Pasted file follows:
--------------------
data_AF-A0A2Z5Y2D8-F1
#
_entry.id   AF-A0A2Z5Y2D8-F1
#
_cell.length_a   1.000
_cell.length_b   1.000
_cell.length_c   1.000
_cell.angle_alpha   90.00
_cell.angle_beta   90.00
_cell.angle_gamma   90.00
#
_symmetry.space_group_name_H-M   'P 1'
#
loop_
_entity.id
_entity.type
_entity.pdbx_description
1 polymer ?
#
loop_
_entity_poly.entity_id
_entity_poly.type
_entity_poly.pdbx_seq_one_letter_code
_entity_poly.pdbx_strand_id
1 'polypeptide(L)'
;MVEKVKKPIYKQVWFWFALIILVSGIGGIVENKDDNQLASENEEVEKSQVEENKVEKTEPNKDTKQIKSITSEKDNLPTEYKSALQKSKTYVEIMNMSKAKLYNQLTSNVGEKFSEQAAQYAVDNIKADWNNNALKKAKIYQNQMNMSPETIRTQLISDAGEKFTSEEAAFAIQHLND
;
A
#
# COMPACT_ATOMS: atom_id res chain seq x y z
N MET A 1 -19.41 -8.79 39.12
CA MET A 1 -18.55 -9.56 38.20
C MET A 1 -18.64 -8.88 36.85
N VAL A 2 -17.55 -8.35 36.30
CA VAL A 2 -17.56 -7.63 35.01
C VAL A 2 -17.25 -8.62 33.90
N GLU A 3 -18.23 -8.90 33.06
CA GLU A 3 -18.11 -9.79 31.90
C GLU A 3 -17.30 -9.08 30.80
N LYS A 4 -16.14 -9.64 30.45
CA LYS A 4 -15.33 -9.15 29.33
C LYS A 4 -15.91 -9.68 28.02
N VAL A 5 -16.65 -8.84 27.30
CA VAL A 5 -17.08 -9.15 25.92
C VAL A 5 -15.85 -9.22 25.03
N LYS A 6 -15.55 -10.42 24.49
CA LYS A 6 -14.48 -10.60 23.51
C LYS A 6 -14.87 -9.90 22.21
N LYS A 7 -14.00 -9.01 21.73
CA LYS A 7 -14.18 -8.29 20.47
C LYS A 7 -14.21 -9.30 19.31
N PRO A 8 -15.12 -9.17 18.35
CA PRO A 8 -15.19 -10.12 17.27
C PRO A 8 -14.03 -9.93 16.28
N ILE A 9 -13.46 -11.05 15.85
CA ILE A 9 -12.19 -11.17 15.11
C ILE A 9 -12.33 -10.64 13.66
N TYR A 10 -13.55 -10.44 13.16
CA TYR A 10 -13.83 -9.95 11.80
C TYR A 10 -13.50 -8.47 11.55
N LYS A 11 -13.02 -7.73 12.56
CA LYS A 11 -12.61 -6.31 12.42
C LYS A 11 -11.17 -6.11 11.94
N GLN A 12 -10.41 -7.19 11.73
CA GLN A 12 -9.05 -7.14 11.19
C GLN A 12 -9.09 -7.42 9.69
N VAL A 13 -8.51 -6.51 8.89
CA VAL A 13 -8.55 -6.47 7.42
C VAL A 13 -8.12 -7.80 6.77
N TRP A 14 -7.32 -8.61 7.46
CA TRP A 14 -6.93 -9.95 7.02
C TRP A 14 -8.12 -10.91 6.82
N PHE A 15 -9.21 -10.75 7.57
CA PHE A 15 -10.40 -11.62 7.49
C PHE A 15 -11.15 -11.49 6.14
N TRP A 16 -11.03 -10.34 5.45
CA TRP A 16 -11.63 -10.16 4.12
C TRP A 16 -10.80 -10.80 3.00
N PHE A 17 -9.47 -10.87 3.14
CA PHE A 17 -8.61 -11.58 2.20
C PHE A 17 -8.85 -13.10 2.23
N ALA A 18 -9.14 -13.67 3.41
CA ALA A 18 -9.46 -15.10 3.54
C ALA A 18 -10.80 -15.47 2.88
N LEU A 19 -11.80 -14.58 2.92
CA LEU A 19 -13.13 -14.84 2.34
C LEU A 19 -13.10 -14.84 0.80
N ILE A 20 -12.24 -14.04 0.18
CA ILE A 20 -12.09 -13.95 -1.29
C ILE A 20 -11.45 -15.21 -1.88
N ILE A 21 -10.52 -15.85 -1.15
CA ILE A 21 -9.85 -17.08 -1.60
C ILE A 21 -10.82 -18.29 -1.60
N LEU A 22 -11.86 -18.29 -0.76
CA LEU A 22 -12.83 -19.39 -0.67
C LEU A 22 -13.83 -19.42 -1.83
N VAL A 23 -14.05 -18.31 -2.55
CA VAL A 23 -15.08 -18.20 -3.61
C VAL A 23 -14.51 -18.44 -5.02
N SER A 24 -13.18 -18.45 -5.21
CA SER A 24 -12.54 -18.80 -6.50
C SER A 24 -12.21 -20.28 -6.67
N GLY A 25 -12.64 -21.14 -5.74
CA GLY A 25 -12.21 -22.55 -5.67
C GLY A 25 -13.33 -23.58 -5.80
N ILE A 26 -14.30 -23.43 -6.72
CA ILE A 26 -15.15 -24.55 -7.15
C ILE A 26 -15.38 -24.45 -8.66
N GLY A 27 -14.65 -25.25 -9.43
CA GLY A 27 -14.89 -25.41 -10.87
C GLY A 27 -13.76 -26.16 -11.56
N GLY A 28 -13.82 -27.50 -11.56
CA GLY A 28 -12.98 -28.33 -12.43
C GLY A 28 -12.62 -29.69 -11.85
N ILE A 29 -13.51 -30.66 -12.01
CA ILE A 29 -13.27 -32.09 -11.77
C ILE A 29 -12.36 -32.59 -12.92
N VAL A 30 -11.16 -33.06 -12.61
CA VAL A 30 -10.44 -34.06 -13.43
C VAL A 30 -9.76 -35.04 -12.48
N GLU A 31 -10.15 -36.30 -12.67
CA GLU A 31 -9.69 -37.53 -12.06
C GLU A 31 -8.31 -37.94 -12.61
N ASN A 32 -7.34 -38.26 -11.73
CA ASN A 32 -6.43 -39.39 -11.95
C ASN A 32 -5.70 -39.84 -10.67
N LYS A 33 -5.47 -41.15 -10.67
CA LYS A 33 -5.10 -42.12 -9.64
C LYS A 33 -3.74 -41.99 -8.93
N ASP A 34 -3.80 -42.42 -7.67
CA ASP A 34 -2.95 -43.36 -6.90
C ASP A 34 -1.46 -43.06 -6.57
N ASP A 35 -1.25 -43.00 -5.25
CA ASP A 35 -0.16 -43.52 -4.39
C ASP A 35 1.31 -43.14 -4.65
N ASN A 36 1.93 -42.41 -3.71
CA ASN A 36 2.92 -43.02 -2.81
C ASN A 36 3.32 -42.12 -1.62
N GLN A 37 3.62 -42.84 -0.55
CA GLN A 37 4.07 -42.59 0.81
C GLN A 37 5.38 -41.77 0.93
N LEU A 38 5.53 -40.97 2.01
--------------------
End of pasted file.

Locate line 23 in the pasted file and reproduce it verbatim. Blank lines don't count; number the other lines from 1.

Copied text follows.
_entity_poly.pdbx_seq_one_letter_code